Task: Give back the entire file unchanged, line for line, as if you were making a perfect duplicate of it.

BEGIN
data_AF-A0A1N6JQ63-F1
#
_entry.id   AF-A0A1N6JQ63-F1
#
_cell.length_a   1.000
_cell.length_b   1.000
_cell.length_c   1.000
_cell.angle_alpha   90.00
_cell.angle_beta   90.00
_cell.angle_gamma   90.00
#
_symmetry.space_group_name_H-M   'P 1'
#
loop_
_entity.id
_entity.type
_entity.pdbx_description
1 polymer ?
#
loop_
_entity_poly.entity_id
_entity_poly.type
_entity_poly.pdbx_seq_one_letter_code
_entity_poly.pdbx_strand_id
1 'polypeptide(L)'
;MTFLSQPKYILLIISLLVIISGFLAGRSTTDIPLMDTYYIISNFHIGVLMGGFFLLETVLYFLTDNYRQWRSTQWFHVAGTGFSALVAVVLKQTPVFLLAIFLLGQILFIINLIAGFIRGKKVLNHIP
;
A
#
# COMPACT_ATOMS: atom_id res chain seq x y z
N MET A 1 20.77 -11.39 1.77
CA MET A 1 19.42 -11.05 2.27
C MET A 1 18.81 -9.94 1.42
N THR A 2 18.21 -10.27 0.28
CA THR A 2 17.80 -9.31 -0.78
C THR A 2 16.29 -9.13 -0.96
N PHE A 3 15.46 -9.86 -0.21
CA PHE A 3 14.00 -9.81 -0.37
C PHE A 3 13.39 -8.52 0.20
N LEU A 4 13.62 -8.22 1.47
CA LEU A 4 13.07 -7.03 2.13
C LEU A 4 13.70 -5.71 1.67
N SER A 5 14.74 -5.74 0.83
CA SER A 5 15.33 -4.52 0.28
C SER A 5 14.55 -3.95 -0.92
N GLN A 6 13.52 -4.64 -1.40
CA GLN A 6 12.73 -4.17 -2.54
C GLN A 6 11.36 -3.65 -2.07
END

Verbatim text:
data_AF-A0A1N6JQ63-F1
#
_entry.id   AF-A0A1N6JQ63-F1
#
_cell.length_a   1.000
_cell.length_b   1.000
_cell.length_c   1.000
_cell.angle_alpha   90.00
_cell.angle_beta   90.00
_cell.angle_gamma   90.00
#
_symmetry.space_group_name_H-M   'P 1'
#
loop_
_entity.id
_entity.type
_entity.pdbx_description
1 polymer ?
#
loop_
_entity_poly.entity_id
_entity_poly.type
_entity_poly.pdbx_seq_one_letter_code
_entity_poly.pdbx_strand_id
1 'polypeptide(L)'
;MTFLSQPKYILLIISLLVIISGFLAGRSTTDIPLMDTYYIISNFHIGVLMGGFFLLETVLYFLTDNYRQWRSTQWFHVAGTGFSALVAVVLKQTPVFLLAIFLLGQILFIINLIAGFIRGKKVLNHIP
;
A
#
# COMPACT_ATOMS: atom_id res chain seq x y z
N MET A 1 20.77 -11.39 1.77
CA MET A 1 19.42 -11.05 2.27
C MET A 1 18.81 -9.94 1.42
N THR A 2 18.21 -10.27 0.28
CA THR A 2 17.80 -9.31 -0.78
C THR A 2 16.29 -9.13 -0.96
N PHE A 3 15.46 -9.86 -0.21
CA PHE A 3 14.00 -9.81 -0.37
C PHE A 3 13.39 -8.52 0.20
N LEU A 4 13.62 -8.22 1.47
CA LEU A 4 13.07 -7.03 2.13
C LEU A 4 13.70 -5.71 1.67
N SER A 5 14.74 -5.74 0.83
CA SER A 5 15.33 -4.52 0.28
C SER A 5 14.55 -3.95 -0.92
N GLN A 6 13.52 -4.64 -1.40
CA GLN A 6 12.73 -4.17 -2.54
C GLN A 6 11.36 -3.65 -2.07